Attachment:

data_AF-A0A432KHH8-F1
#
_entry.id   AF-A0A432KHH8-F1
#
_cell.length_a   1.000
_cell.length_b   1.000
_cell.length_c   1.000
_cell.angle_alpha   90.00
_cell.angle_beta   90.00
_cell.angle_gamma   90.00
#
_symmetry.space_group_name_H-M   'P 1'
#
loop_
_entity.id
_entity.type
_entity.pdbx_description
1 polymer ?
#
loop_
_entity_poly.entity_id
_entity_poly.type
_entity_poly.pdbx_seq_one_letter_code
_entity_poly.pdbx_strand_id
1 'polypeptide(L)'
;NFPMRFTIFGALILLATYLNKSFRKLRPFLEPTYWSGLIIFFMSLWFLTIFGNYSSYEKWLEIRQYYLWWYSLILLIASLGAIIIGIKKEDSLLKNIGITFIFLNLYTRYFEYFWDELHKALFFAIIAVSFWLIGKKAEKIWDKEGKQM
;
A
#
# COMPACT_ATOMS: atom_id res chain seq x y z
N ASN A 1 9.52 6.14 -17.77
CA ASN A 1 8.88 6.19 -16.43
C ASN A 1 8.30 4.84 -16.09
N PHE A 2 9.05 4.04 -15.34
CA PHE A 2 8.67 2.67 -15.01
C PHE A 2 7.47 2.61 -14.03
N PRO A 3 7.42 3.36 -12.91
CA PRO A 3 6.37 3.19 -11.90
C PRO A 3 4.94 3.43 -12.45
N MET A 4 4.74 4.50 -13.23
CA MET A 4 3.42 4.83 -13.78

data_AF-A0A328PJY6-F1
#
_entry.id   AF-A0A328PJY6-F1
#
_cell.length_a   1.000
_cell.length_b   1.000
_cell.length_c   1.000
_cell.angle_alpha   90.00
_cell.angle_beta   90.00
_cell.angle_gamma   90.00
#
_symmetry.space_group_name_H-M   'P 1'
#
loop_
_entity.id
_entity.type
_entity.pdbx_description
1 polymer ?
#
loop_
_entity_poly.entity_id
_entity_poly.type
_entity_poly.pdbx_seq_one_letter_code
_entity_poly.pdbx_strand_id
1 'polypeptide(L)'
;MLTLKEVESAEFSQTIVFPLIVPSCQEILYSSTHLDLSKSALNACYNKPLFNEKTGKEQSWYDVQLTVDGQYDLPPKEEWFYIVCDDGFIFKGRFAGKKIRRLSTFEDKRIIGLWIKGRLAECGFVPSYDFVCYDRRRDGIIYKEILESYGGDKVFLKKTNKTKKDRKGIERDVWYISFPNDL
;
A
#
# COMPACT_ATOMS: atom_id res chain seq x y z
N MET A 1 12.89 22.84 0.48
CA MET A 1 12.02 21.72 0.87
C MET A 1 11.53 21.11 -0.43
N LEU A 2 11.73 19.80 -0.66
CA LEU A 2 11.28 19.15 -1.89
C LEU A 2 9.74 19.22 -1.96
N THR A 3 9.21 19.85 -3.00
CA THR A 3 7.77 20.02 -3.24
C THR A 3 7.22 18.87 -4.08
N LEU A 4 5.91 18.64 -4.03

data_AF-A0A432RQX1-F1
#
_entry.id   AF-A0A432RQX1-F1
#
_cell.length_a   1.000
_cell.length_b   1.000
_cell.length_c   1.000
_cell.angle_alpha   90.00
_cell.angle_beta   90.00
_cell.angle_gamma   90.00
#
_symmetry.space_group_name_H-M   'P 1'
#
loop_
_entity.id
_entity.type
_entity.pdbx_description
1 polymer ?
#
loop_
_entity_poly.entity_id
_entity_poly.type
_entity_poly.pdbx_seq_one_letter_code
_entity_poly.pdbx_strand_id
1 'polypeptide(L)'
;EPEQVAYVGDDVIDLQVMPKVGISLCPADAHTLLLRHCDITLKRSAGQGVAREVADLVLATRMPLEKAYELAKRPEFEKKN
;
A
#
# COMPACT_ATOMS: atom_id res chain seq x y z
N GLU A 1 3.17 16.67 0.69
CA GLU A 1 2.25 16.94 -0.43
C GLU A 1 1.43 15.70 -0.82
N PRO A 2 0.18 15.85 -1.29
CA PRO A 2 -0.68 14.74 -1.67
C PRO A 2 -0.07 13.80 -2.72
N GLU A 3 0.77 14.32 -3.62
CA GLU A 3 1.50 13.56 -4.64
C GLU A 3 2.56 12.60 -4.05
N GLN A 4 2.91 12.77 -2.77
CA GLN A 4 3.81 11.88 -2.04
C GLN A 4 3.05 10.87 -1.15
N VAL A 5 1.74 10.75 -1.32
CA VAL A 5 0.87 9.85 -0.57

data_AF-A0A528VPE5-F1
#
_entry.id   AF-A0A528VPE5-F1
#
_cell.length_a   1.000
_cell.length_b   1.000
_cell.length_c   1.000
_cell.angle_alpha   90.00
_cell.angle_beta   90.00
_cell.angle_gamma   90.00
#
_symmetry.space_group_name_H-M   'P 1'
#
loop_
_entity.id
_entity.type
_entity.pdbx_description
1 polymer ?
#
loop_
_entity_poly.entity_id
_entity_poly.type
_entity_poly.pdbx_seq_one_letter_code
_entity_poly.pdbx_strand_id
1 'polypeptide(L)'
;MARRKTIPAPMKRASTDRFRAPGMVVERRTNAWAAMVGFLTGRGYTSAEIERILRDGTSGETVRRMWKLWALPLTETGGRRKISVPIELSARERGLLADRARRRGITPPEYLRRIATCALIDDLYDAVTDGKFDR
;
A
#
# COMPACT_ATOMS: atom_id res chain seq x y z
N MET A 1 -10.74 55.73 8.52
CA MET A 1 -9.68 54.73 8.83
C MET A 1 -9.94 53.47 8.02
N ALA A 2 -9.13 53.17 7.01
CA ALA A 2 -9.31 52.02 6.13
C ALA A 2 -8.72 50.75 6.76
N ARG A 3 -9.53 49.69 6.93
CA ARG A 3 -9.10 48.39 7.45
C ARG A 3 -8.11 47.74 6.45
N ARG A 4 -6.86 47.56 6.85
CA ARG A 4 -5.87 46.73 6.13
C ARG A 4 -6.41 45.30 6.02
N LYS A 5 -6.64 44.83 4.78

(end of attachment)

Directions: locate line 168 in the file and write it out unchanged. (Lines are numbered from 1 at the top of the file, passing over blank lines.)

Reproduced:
N LYS A 5 -6.64 44.83 4.78